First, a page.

1. My compliments to Lisa for recognizing the problems with her initial offender-centered approach and I am so encouraged that the advocates for the juvenile lifers in Colorado are leading the way nationally, from what I can see, to do this dialogue correctly – fully including and respecting the lives left behind in these awful murder cases.

    Once every victims family member of the 2300 plus juvenile lifers has had the opportunity to know about the efforts to change the sentences nationally, and possibly in their state, if legislation has been proposed or is being considered, then they can choose for themselves if they wish to participate in the public policy discussion.

    But they must be notified and they must make that choice for themselves.

    To be told that a life without parole sentence has been accomplished for the murderer of their loved one, and then to walk into whatever future they then can find, they are doing it under the assumption that they at least never have to worry about the release of the killer or killers.

    If anyone proposes changing that, those persons are under full moral and, many are arguing, legal obligation to find and inform those victims families so that they may participate in this public policy discussion so vital to their own personal well-being.

    Advocates for change in the status quo will learn quickly (witness the debaucle in Illinois – see for more information) that if doing the long, careful, harder work of building bridges to the victims families is not done first, any political efforts to lighten the sentences of these younger murderers will probably fail, and fail hard.

    We stand ready to facilitate the dialogue but notification to victims families of proposed changes in a right and is non-negotiable.

    Restorative Justice principles would never exclude victims families from such discussions, and in fact, Restorative Justice’s entire focus is on the victims and their needs and their healing journey.

    Anyone working on this issue – either victims families or offender advocates – that wishes to use our website to do outreach and dialogue should go there and contact us and we will do what we can to help.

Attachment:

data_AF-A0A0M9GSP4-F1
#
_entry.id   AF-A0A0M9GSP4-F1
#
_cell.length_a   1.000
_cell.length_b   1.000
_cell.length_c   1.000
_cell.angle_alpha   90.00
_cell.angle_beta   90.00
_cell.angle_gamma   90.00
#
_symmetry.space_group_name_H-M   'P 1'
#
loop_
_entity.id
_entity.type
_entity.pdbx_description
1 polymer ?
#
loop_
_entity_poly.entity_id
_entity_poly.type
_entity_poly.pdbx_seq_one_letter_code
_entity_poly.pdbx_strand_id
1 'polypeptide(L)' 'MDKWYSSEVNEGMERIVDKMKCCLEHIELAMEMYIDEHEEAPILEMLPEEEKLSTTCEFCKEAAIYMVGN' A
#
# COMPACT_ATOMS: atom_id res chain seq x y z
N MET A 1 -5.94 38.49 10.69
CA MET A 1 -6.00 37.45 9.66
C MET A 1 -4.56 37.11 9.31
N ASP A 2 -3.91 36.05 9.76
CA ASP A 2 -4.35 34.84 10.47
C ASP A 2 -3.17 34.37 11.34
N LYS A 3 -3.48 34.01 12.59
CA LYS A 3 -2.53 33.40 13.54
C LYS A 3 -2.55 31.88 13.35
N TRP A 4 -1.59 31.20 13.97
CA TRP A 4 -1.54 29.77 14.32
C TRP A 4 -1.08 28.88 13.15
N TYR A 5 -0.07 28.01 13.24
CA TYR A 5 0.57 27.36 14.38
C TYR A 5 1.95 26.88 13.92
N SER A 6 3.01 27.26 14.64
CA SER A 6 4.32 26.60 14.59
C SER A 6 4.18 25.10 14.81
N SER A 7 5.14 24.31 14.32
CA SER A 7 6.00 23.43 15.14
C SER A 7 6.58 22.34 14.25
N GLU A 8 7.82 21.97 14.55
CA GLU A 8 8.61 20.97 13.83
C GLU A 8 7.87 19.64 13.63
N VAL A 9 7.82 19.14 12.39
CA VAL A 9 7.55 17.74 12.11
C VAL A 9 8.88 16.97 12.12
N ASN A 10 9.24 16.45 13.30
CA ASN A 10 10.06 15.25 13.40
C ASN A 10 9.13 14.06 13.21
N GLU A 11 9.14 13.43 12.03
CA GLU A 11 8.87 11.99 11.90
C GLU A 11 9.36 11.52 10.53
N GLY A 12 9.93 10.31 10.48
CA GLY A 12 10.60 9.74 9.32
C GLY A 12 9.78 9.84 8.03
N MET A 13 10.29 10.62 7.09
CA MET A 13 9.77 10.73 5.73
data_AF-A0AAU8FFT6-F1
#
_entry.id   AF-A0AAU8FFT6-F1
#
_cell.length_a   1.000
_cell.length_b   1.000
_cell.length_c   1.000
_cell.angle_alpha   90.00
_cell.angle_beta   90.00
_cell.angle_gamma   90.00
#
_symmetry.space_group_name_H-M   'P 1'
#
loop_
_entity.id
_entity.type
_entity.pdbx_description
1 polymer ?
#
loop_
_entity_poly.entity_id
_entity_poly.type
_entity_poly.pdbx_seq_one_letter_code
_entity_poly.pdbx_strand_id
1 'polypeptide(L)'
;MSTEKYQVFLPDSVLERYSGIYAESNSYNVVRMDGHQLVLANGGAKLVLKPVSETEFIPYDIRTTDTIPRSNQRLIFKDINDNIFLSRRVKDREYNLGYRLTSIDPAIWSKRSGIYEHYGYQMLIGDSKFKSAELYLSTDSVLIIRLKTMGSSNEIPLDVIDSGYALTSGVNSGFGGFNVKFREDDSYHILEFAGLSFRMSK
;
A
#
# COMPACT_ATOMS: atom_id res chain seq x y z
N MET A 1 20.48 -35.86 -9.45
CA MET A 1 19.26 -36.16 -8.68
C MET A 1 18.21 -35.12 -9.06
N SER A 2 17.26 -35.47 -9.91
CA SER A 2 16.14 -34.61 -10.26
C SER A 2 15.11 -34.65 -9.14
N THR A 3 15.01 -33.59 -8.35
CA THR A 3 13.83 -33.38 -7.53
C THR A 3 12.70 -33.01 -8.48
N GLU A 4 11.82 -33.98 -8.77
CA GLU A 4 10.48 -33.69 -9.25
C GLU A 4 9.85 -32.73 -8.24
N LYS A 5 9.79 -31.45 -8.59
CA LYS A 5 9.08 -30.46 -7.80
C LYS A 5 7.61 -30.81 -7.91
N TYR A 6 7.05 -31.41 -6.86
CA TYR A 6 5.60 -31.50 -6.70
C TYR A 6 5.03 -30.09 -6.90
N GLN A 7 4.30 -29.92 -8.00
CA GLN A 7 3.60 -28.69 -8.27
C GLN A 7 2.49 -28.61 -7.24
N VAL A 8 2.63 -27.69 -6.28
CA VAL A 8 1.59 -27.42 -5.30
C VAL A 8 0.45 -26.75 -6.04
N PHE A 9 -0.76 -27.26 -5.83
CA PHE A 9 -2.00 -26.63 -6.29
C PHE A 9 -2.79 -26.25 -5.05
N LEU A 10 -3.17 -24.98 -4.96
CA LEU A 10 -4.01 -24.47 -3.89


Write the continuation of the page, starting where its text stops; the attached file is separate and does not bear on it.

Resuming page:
In Nancy, Richard, and their baby’s names,

  2. Jennifer,

    Thank you so much for commenting and thank you for all that you do. I have enormous respect for what both you and Mary Ellen Johnson do and I am optimistic that meaningful dialogue can and must happen when it comes to this important issue.

  3. To Victims of Juvenile lifers,

    First I would like to say that I apologize to the victims in my case and their loved ones for the pain that I have caused. I would also like to apologize to all the victims of Juvenile lifers. I know it’s not my place to apologize for others actions, but I feel that you all truly deserve it. I know that you all have been through a lot. And I know that there is nothing I can say or do that will bring your loved ones back. But, I hope my thoughts help ease your pain and hopefully help you see our journey better. But before I begin please know that I mean no disrespect to you all and never will try to take away from what has happened. I just want to share my thoughts with you with the hopes that we can come together and bring change.

    I know you all have been through a lot and I know some of you are still hurting an dstill have that built up hate in your hearts, and I do understand that and will never tell you not to feel the way you do, but today I ask that your clear your heart and mind for a moment and let me in. Hear me out. That’s all I ask.

    Like I said, I understand that lives have been lost and that the people that’s responsible should pay. I truly agree with that. But I don’t agree with giving a 13, 14, 15, and 16 year old life without parole. That is saying that we can’t be rehabilitated and that’s not true at all. Yes, we made bad decisions as youth, but that should not condemn us for the rest of our lives. Now I know it’s a hard thing to do, but put aside that pain and let the heart of a mother, father and the heart and love God has blessed us with lead you. And you will see that we don’t deserve life. There are some of us who has grown mentally and spiritually who deserve a second chance at freedom. But the parole board will not let them go. But right now the reality of the matter is ALL Juveniles with life are condemned. Because without getting the bill (HR4300)—ending-juvenile-life-without-parole passed, most of us will die in prison. That’s why I write this with the hopes that I can gain some of your support in getting the bill passed or coming together to come up with a bill that will help both sides. I know it can happen. We just have to give it a shot and I know there are those who are allowing hate to lead them on this matter and don’t care how much the person has changed who killed their loved ones and they want them to die in prison. And I understand that, but I also understand that’s just hate you are working from. If you would just allow your heart to lead you, you won’t feel the same. You will see that both sides are losing. Yes, we are alive, but we are not living , just existing.